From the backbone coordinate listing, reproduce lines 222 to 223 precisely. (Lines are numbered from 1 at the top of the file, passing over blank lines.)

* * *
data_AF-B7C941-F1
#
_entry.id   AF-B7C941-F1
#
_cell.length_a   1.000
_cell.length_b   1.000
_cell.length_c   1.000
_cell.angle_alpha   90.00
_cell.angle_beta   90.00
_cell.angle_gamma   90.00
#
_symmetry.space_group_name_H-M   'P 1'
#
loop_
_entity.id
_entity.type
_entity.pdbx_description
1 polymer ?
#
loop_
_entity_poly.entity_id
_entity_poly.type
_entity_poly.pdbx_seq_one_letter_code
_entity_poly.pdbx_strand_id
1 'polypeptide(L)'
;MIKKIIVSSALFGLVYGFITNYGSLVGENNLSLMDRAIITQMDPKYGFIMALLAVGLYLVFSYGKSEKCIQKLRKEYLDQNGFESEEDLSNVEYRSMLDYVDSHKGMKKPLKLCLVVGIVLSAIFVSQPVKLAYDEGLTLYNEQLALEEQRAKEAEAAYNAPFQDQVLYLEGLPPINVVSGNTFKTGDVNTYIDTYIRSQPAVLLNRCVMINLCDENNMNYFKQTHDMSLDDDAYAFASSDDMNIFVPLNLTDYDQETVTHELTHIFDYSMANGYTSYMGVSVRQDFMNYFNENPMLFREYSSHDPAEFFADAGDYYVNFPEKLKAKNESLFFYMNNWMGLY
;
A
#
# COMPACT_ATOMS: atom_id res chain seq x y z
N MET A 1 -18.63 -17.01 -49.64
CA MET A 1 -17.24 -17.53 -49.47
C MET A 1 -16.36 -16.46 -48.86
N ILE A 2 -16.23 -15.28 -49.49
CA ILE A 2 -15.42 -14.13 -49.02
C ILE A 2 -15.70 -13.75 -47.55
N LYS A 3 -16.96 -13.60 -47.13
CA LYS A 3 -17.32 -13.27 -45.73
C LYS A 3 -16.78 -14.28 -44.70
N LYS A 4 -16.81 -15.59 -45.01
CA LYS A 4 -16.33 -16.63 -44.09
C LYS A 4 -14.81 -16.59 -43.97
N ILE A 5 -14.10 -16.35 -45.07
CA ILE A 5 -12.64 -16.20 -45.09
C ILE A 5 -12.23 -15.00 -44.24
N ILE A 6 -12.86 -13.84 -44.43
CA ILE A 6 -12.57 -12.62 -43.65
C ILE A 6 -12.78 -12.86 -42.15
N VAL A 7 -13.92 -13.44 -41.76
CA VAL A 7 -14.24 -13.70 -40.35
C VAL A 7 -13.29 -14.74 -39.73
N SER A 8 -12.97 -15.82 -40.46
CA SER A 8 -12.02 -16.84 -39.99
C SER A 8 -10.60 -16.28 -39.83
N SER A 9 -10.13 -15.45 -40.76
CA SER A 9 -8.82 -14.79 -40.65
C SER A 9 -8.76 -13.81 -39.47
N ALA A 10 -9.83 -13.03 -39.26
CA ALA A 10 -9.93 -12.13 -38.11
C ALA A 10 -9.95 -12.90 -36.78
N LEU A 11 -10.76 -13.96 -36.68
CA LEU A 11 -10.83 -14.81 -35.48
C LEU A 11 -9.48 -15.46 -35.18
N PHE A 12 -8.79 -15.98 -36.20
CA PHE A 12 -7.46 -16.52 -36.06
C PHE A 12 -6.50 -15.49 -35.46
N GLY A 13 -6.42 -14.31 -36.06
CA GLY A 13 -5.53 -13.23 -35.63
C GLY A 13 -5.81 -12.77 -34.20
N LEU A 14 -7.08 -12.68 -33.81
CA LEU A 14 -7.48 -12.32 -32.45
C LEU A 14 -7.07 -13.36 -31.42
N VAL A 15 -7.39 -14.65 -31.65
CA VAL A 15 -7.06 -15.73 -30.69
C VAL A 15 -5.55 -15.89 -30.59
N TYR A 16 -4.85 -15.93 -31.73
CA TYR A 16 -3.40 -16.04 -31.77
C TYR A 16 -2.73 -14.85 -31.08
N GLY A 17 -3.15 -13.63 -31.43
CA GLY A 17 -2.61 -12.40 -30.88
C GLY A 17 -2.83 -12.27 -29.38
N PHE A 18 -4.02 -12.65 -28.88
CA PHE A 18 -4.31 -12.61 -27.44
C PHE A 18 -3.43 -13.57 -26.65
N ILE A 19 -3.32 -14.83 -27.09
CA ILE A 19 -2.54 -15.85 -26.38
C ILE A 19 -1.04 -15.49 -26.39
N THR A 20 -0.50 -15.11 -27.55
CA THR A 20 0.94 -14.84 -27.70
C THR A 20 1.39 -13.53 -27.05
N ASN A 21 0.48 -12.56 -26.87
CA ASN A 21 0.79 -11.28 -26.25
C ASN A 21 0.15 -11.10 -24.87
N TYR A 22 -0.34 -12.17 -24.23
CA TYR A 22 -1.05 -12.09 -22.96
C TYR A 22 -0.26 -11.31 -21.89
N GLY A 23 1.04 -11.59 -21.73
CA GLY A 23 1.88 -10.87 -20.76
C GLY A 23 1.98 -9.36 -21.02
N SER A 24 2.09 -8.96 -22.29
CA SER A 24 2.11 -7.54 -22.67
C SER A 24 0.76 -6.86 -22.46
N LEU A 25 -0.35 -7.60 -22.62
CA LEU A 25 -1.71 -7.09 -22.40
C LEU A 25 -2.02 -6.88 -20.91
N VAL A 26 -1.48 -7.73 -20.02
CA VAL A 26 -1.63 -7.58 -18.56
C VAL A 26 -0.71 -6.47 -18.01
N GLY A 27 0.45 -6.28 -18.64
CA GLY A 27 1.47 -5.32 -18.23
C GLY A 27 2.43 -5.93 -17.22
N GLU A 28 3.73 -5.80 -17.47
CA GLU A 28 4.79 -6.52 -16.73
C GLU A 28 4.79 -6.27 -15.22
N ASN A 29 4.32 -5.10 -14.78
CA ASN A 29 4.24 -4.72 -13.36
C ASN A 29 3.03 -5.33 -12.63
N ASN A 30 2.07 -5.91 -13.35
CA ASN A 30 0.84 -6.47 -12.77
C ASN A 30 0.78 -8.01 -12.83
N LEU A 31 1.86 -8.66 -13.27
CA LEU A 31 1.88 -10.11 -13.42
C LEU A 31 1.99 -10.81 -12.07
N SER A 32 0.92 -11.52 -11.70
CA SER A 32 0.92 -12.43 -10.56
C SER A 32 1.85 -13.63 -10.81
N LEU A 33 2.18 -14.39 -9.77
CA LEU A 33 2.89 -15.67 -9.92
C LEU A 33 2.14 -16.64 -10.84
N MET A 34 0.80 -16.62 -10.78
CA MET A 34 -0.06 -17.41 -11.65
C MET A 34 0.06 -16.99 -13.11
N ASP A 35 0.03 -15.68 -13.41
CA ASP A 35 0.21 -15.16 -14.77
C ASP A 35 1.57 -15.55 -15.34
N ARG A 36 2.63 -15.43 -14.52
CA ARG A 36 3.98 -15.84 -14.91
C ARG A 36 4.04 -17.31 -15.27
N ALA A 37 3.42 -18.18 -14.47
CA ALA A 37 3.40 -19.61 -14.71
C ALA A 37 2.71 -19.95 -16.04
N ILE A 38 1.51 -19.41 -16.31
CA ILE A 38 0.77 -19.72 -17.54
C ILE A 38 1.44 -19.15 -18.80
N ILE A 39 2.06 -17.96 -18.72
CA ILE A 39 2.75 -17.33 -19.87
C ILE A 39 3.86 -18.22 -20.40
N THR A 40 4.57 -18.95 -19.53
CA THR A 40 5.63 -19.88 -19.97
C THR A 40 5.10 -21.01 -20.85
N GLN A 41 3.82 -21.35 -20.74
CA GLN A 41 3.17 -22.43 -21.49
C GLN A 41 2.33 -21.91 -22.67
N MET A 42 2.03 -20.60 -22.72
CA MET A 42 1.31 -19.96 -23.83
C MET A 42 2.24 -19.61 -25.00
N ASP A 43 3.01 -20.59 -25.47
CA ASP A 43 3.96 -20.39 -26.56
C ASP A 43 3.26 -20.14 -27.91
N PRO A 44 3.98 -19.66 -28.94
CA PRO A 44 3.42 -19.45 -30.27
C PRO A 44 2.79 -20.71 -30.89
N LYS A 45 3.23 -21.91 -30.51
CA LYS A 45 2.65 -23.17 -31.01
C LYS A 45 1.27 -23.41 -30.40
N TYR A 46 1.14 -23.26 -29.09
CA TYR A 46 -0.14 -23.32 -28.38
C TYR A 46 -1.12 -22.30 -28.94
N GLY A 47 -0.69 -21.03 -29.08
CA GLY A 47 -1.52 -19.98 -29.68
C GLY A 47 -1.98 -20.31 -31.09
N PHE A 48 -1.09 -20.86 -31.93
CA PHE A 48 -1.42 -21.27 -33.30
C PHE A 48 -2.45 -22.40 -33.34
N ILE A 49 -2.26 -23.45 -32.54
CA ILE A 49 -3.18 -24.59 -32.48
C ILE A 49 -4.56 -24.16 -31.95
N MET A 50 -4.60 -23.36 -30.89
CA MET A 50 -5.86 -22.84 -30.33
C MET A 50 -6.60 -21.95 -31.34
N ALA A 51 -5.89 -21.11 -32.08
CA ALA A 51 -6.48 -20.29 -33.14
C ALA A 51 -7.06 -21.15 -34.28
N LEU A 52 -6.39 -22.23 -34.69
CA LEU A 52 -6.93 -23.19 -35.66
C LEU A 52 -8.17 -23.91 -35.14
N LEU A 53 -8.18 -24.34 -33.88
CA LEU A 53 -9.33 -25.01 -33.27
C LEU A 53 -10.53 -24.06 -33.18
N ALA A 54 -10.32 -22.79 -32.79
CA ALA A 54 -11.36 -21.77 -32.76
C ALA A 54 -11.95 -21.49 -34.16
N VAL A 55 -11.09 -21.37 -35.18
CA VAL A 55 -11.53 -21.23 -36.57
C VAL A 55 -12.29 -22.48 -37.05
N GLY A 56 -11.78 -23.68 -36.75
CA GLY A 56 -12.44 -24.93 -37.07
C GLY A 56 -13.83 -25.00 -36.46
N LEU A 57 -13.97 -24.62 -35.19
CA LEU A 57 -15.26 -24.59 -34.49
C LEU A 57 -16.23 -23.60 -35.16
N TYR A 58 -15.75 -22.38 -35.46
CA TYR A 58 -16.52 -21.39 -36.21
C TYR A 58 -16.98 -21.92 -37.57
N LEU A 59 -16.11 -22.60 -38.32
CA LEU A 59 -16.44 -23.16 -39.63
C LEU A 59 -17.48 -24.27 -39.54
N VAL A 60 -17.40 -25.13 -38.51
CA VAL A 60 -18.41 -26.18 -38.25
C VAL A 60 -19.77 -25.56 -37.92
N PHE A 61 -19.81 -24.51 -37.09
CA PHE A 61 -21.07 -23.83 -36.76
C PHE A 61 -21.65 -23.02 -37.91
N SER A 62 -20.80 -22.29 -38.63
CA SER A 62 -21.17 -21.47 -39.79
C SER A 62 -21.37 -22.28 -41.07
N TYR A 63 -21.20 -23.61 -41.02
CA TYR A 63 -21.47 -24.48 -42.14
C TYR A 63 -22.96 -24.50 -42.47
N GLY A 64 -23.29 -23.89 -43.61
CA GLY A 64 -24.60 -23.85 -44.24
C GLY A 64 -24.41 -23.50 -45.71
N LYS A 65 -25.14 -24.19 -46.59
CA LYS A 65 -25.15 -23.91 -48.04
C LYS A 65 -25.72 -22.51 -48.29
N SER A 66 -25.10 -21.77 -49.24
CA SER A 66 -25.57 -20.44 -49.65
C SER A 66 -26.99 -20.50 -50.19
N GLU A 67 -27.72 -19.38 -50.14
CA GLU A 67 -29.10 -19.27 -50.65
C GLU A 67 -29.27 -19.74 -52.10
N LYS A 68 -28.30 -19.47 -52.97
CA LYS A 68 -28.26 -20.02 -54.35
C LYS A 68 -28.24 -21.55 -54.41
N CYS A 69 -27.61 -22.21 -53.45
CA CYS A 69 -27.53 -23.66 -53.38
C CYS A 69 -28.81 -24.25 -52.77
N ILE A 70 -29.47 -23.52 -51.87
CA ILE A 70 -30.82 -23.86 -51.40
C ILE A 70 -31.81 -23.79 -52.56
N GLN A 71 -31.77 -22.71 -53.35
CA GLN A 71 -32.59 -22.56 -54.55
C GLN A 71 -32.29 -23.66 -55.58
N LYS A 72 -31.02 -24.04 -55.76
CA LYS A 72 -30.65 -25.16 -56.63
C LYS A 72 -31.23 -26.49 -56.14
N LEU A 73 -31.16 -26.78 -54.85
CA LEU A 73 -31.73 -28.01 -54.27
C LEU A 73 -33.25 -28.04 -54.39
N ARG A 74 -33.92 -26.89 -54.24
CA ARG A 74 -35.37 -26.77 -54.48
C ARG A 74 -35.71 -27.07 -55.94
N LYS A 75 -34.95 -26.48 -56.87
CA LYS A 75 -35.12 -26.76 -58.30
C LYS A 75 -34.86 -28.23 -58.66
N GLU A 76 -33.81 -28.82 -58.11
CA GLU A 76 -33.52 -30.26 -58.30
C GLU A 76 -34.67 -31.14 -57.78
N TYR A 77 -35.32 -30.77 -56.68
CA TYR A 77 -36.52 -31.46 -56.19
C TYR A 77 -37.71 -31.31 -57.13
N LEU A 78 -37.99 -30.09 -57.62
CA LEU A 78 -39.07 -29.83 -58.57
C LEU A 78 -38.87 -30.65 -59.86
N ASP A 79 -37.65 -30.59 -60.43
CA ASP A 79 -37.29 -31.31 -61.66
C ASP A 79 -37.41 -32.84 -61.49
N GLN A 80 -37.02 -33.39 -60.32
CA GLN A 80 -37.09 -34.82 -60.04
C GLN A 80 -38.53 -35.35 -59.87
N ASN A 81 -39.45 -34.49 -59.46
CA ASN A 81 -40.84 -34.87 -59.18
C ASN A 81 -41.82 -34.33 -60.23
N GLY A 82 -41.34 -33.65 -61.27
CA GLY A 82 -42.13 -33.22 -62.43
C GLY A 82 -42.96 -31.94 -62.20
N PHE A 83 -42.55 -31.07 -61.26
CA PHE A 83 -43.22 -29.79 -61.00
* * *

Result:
C GLY A 64 -24.41 -23.50 -45.71
N LYS A 65 -25.14 -24.19 -46.59